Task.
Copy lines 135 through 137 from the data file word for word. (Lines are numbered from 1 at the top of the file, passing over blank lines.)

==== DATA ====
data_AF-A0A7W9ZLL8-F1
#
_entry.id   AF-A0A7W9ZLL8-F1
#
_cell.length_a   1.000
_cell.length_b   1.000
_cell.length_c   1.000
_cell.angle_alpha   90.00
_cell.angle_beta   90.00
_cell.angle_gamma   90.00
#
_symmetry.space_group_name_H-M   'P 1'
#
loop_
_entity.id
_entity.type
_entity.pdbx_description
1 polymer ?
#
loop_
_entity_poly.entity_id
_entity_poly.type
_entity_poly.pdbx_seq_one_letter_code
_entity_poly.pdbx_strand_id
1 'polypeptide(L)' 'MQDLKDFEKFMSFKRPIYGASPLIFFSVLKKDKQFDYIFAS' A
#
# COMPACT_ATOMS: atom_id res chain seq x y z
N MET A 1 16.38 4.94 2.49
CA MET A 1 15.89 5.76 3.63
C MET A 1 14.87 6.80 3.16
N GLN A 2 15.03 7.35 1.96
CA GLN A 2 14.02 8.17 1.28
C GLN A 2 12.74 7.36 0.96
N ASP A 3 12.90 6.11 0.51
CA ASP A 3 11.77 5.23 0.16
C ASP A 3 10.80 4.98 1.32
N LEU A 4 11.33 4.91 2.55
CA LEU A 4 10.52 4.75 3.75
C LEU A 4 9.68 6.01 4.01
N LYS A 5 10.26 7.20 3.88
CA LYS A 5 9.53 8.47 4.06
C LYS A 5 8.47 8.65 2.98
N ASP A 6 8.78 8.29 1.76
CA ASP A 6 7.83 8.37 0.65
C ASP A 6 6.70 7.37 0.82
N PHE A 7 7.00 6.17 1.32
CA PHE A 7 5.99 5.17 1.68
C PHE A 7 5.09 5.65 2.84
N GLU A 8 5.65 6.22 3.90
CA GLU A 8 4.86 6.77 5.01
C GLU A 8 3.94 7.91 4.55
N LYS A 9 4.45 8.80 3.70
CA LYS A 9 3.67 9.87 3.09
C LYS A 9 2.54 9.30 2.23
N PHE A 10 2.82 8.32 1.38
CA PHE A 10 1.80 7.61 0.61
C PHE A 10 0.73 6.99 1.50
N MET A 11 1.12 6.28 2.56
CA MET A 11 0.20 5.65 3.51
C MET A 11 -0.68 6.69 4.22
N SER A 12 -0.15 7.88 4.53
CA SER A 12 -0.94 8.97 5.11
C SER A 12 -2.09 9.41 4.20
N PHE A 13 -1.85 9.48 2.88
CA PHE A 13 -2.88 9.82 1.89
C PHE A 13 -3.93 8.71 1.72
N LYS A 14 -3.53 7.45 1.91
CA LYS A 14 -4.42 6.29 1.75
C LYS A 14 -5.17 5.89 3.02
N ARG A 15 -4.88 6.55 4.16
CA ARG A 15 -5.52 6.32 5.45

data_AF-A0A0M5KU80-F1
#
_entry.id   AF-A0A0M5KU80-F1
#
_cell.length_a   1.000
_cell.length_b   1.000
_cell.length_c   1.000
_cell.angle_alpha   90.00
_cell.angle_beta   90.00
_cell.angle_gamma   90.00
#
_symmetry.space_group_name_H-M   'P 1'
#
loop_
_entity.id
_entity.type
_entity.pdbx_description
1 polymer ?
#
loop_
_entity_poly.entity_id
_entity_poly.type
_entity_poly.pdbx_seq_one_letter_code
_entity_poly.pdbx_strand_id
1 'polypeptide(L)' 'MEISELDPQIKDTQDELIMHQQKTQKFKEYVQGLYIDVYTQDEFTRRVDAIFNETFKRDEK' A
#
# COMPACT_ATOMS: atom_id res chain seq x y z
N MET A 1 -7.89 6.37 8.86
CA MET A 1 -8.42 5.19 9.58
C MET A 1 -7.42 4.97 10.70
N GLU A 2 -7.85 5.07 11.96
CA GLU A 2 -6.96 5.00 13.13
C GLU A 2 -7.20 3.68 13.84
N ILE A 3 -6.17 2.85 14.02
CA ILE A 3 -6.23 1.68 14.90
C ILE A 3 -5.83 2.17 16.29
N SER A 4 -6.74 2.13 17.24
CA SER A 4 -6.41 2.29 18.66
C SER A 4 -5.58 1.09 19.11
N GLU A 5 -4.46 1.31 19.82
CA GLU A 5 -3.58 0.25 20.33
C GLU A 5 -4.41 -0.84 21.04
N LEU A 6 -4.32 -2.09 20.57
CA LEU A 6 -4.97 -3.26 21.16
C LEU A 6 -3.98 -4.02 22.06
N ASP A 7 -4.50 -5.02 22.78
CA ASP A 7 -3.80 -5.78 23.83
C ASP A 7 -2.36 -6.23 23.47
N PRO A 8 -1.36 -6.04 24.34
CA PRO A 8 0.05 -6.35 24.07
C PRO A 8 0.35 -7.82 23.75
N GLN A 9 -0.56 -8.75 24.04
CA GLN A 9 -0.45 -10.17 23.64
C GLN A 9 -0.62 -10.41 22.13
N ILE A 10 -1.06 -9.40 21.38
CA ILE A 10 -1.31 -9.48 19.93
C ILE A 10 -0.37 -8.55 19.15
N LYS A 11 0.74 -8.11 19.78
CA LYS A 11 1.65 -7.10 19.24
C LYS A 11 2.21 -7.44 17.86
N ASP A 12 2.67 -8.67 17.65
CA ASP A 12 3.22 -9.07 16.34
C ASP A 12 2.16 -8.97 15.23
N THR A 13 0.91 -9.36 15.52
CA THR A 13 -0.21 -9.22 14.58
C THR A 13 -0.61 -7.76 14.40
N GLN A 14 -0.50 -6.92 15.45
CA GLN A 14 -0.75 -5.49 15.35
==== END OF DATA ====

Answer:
N THR A 13 0.91 -9.36 15.52
CA THR A 13 -0.21 -9.22 14.58
C THR A 13 -0.61 -7.76 14.40